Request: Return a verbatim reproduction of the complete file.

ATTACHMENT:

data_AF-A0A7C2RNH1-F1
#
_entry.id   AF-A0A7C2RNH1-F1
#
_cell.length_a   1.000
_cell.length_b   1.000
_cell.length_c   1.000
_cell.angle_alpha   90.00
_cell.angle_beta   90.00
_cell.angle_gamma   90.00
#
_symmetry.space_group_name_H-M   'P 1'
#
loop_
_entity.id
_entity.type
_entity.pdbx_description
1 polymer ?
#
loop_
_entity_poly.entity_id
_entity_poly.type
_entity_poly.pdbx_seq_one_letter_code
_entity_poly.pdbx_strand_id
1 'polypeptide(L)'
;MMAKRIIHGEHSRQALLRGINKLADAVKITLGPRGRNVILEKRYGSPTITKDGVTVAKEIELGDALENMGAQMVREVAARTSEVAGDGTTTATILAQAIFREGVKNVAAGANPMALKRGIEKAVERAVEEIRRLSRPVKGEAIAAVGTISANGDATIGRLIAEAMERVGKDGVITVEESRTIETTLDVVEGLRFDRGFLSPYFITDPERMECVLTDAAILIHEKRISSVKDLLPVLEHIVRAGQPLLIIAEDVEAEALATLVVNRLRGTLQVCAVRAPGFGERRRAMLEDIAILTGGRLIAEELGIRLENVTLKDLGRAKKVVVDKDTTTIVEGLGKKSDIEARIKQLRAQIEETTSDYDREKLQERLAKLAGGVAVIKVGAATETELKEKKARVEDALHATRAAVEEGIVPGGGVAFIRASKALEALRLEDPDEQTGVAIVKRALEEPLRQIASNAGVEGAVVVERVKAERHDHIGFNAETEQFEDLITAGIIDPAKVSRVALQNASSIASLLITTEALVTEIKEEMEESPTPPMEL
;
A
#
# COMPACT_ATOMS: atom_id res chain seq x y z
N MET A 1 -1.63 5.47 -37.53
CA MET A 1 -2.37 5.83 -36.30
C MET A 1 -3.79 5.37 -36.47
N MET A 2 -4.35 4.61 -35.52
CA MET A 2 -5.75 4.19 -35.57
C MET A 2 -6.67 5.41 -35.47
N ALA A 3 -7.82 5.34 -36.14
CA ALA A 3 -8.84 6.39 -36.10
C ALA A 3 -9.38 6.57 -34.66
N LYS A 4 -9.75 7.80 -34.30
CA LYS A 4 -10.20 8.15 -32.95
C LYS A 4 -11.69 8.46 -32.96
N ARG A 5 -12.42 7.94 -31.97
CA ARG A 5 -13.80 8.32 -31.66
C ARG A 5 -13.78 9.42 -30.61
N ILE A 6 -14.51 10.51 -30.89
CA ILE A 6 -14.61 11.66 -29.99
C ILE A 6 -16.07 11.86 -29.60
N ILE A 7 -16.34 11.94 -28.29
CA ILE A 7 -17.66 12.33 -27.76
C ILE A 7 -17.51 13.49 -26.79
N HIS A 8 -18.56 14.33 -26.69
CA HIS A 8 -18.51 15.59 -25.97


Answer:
data_AF-A0A7C2RNH1-F1
#
_entry.id   AF-A0A7C2RNH1-F1
#
_cell.length_a   1.000
_cell.length_b   1.000
_cell.length_c   1.000
_cell.angle_alpha   90.00
_cell.angle_beta   90.00
_cell.angle_gamma   90.00
#
_symmetry.space_group_name_H-M   'P 1'
#
loop_
_entity.id
_entity.type
_entity.pdbx_description
1 polymer ?
#
loop_
_entity_poly.entity_id
_entity_poly.type
_entity_poly.pdbx_seq_one_letter_code
_entity_poly.pdbx_strand_id
1 'polypeptide(L)'
;MMAKRIIHGEHSRQALLRGINKLADAVKITLGPRGRNVILEKRYGSPTITKDGVTVAKEIELGDALENMGAQMVREVAARTSEVAGDGTTTATILAQAIFREGVKNVAAGANPMALKRGIEKAVERAVEEIRRLSRPVKGEAIAAVGTISANGDATIGRLIAEAMERVGKDGVITVEESRTIETTLDVVEGLRFDRGFLSPYFITDPERMECVLTDAAILIHEKRISSVKDLLPVLEHIVRAGQPLLIIAEDVEAEALATLVVNRLRGTLQVCAVRAPGFGERRRAMLEDIAILTGGRLIAEELGIRLENVTLKDLGRAKKVVVDKDTTTIVEGLGKKSDIEARIKQLRAQIEETTSDYDREKLQERLAKLAGGVAVIKVGAATETELKEKKARVEDALHATRAAVEEGIVPGGGVAFIRASKALEALRLEDPDEQTGVAIVKRALEEPLRQIASNAGVEGAVVVERVKAERHDHIGFNAETEQFEDLITAGIIDPAKVSRVALQNASSIASLLITTEALVTEIKEEMEESPTPPMEL
;
A
#
# COMPACT_ATOMS: atom_id res chain seq x y z
N MET A 1 -1.63 5.47 -37.53
CA MET A 1 -2.37 5.83 -36.30
C MET A 1 -3.79 5.37 -36.47
N MET A 2 -4.35 4.61 -35.52
CA MET A 2 -5.75 4.19 -35.57
C MET A 2 -6.67 5.41 -35.47
N ALA A 3 -7.82 5.34 -36.14
CA ALA A 3 -8.84 6.39 -36.10
C ALA A 3 -9.38 6.57 -34.66
N LYS A 4 -9.75 7.80 -34.30
CA LYS A 4 -10.20 8.15 -32.95
C LYS A 4 -11.69 8.46 -32.96
N ARG A 5 -12.42 7.94 -31.97
CA ARG A 5 -13.80 8.32 -31.66
C ARG A 5 -13.78 9.42 -30.61
N ILE A 6 -14.51 10.51 -30.89
CA ILE A 6 -14.61 11.66 -29.99
C ILE A 6 -16.07 11.86 -29.60
N ILE A 7 -16.34 11.94 -28.29
CA ILE A 7 -17.66 12.33 -27.76
C ILE A 7 -17.51 13.49 -26.79
N HIS A 8 -18.56 14.33 -26.69
CA HIS A 8 -18.51 15.59 -25.97